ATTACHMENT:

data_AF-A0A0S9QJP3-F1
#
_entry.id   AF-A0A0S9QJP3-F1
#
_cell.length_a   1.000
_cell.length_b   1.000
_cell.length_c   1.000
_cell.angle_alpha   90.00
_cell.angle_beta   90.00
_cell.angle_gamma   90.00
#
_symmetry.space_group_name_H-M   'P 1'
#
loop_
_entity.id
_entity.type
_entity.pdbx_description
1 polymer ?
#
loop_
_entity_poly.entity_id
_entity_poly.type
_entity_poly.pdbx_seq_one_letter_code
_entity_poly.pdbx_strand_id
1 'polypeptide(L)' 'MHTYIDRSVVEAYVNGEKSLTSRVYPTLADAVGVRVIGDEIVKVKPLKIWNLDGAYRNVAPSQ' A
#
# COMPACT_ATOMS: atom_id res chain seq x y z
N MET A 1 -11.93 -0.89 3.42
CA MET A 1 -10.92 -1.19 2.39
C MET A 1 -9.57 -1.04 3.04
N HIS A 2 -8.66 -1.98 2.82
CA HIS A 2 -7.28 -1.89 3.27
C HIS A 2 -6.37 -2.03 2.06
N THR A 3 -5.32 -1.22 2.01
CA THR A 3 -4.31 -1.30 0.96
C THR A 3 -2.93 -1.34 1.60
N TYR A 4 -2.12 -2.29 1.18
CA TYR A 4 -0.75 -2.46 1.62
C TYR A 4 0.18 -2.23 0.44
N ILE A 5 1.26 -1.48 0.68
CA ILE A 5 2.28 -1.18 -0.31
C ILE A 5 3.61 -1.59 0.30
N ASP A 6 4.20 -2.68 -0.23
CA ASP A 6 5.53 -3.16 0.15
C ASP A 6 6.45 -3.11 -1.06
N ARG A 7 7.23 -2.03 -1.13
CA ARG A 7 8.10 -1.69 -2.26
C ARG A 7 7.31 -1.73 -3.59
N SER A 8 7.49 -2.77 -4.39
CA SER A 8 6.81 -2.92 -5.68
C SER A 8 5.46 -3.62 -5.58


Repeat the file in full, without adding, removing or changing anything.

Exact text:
data_AF-A0A0S9QJP3-F1
#
_entry.id   AF-A0A0S9QJP3-F1
#
_cell.length_a   1.000
_cell.length_b   1.000
_cell.length_c   1.000
_cell.angle_alpha   90.00
_cell.angle_beta   90.00
_cell.angle_gamma   90.00
#
_symmetry.space_group_name_H-M   'P 1'
#
loop_
_entity.id
_entity.type
_entity.pdbx_description
1 polymer ?
#
loop_
_entity_poly.entity_id
_entity_poly.type
_entity_poly.pdbx_seq_one_letter_code
_entity_poly.pdbx_strand_id
1 'polypeptide(L)' 'MHTYIDRSVVEAYVNGEKSLTSRVYPTLADAVGVRVIGDEIVKVKPLKIWNLDGAYRNVAPSQ' A
#
# COMPACT_ATOMS: atom_id res chain seq x y z
N MET A 1 -11.93 -0.89 3.42
CA MET A 1 -10.92 -1.19 2.39
C MET A 1 -9.57 -1.04 3.04
N HIS A 2 -8.66 -1.98 2.82
CA HIS A 2 -7.28 -1.89 3.27
C HIS A 2 -6.37 -2.03 2.06
N THR A 3 -5.32 -1.22 2.01
CA THR A 3 -4.31 -1.30 0.96
C THR A 3 -2.93 -1.34 1.60
N TYR A 4 -2.12 -2.29 1.18
CA TYR A 4 -0.75 -2.46 1.62
C TYR A 4 0.18 -2.23 0.44
N ILE A 5 1.26 -1.48 0.68
CA ILE A 5 2.28 -1.18 -0.31
C ILE A 5 3.61 -1.59 0.30
N ASP A 6 4.20 -2.68 -0.23
CA ASP A 6 5.53 -3.16 0.15
C ASP A 6 6.45 -3.11 -1.06
N ARG A 7 7.23 -2.03 -1.13
CA ARG A 7 8.10 -1.69 -2.26
C ARG A 7 7.31 -1.73 -3.59
N SER A 8 7.49 -2.77 -4.39
CA SER A 8 6.81 -2.92 -5.68
C SER A 8 5.46 -3.62 -5.58